“I don’t feel comfortable with all the luxury of the UK any more,” Nikki Vasco tells me, two years after her move to Zambia. In 2012, Nikki quit her job as a school librarian and left for the capital city of Lusaka, where she would devote her new life to caring for children on the streets; talking to them, playing games, dancing, listening to their stories, sharing food and medicine. From her initial move abroad, to setting up a charity called the Footprints Foundation with husband Sevelino Vasco, religious faith has influenced many a life-changing decision for Nikki. Such life-changes include her recent marriage, and the start of a new family.
“Sometimes people tell me I’ve given up a lot”
“I first went to Zambia because I felt that God wanted me to go,” Nikki says. “I had known for 10 years that I wanted to be a VSO [Volunteering Services Oversees] volunteer. I knew I would probably want to stay there after my placement finished, but I didn’t quite bargain on meeting my husband so soon after my arrival and then getting married!
“Now, I realise that it may not have been in my plan, but it was in God’s plan. From the start, my husband and I both knew we wanted to run Footprints as a Christian organisation, as our faith is very important to us both, and we both feel that we have been brought together to do this work.”
Nikki and her fellow volunteers aren’t in Lusaka to convert, however, but to aid. The Foundation website takes care to emphasise that, “although we aim to act in a Christian way and share our beliefs, we do not believe in pressurising children to become Christians.”
Most of the children Nikki works with are “street children” aged 11 to 18. She describes how the vulnerable youngsters of Lusaka usually come from one of two different backgrounds. There are children “on the street”, who go out to beg or work during the day, but come back to a family or child-headed home at night; and there are children “of the street”, who stay on the street all the time, day and night. Many have been driven onto the streets by poverty, and try to earn money begging or carrying bags for people in the crowded markets. Some of the street children have left home due to domestic abuse; others are orphans.
“Life on the street is very hard,” Nikki says. “The children have to develop a tough exterior, but they are very vulnerable inside. They often turn to drugs to block out their mental pain.” The most common form of drug abuse in Lusaka is of “sticka”, a cheap and highly addictive form of glue sniffing. The solvent is derived from benzene and so can’t be banned. There is no hygiene on the street, disease is rife, and a child’s untreated wound can rapidly develop into an infected sore. Girls on the street soon become pregnant. HIV levels are high.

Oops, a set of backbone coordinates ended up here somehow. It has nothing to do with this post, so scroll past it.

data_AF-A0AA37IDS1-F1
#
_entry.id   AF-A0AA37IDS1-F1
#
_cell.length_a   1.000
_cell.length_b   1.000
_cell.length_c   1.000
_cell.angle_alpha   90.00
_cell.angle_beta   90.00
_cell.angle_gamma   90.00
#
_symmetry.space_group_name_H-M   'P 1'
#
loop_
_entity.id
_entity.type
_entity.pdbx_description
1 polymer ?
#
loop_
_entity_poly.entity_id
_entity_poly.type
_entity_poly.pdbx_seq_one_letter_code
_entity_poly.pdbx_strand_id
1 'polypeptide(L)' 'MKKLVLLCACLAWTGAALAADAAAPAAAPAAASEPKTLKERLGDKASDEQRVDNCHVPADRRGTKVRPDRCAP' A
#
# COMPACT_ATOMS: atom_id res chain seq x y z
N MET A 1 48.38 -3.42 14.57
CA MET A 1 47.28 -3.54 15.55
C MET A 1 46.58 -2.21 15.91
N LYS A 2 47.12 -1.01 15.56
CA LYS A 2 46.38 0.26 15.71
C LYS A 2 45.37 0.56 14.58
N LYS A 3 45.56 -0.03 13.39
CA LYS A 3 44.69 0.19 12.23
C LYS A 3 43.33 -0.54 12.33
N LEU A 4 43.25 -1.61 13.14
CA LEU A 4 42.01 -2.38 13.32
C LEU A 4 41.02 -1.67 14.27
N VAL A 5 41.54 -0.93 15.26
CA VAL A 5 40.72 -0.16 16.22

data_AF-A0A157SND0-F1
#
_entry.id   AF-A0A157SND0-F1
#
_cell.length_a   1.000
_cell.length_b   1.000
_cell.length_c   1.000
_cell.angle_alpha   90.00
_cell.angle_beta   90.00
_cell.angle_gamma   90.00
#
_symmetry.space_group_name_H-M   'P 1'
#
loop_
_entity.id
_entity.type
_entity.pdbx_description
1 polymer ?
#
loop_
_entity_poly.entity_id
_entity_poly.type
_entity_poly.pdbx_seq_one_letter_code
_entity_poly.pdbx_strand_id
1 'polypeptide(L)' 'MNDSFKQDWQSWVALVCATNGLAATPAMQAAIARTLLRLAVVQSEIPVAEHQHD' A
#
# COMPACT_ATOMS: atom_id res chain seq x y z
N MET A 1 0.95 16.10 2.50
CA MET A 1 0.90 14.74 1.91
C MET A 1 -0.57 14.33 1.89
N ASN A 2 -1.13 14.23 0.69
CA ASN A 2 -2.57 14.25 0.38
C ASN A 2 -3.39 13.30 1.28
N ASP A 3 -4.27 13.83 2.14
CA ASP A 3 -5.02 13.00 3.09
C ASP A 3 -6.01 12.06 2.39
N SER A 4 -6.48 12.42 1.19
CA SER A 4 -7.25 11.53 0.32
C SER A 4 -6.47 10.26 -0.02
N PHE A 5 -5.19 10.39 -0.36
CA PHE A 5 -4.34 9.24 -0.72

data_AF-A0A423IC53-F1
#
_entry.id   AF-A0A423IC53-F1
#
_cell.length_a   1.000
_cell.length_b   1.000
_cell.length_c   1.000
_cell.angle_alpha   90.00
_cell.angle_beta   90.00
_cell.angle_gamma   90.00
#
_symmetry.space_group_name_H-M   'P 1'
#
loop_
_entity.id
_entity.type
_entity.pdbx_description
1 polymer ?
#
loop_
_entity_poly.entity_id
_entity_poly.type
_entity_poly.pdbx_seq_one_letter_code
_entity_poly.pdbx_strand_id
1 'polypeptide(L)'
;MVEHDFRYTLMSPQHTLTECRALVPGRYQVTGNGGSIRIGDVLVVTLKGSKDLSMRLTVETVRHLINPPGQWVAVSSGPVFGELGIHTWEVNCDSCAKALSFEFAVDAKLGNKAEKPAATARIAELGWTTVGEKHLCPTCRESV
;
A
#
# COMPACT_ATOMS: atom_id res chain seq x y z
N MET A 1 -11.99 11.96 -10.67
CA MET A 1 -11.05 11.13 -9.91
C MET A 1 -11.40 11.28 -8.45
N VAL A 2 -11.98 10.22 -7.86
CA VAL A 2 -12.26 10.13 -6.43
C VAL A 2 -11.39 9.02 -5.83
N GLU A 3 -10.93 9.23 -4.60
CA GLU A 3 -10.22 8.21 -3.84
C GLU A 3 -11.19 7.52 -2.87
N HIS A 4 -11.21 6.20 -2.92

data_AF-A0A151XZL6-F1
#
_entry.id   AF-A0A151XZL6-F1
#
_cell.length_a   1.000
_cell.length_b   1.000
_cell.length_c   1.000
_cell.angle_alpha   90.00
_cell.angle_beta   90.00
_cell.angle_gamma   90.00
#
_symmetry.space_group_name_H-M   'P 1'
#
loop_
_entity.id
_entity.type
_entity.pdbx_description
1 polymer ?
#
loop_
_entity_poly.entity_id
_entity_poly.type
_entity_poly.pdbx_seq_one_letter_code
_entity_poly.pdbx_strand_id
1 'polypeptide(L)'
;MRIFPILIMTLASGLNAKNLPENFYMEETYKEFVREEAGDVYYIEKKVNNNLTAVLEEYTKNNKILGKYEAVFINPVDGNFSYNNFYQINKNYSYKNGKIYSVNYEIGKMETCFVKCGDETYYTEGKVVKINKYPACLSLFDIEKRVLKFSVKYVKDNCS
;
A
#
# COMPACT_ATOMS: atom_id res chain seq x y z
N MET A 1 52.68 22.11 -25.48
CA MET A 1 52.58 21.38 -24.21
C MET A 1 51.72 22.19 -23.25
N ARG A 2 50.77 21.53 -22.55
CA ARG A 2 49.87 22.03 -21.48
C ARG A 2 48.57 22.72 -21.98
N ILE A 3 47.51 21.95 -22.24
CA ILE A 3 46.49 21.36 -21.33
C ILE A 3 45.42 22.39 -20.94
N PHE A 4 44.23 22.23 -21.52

“We refer to the street children as ‘invisible children’ because so many people walk past them without noticing them. Despite all this hardship, the children have a lot of love to give. They are really welcoming of the people who take the time to be with them and help them, and they form very strong friendships and relationships with the other children.”
Nikki balances her work on the Foundation with the role of mother. “I have step-children who I love very much,” she tells me. “In Zambia, it’s a little bit unusual for a stepmother or stepfather to agree to take on children from their spouse’s previous marriage, and people are often surprised that I have such a close relationship with my children. It’s something that we have all worked on together as a family.
“I’ve worked with children on the street who are there because their mother died, their dad remarried, and their stepmother refused to have them in her house, so they had nowhere else to go. I know that if their stepmother had accepted them, she could have gained a lot of joy from them, just like I have from my kids. I know how blessed I am to have my children.”
For the Vasco family, the suffering they witness bears another, personal resonance. Sevelino Vasco was a street child himself, having lived there for seven years as a teenager. “It took a long time for him to come off the street but I’m very glad nobody gave up on him – including himself – because otherwise, I wouldn’t have my husband and children now. We have a policy that we will never give up on a child.”
“My priorities have changed”
A lack of essential resources to provide children with long-term help is the greatest problem Nikki faces in Zambia. Without enough food or medicine, she has had to watch on as child drug addicts relapse, and sick children die. “It can be demoralizing,” Nikki tells me, “but when we look at the bigger picture, we know that we have made a definite positive difference to the lives of the children we’ve worked with since Footprints started. We know there is no short term fix to the problem. We’re in it for the long haul.”
Since she graduated from the University of York in 2001, Nikki’s career path has contrasted somewhat with those annually advertised in fairs around campus. Some might consider her move to Zambia a sacrifice. She’s given up a UK salary and the comforts of UK living, but this is a view that Nikki rejects.
“It is a completely different lifestyle and I have learnt a lot about myself and about what matters to me. My priorities have changed. Sometimes people tell me I’ve given up a lot, and I suppose in some ways that is true, but I’ve also gained a huge amount in Zambia. I love working with the children on the street.”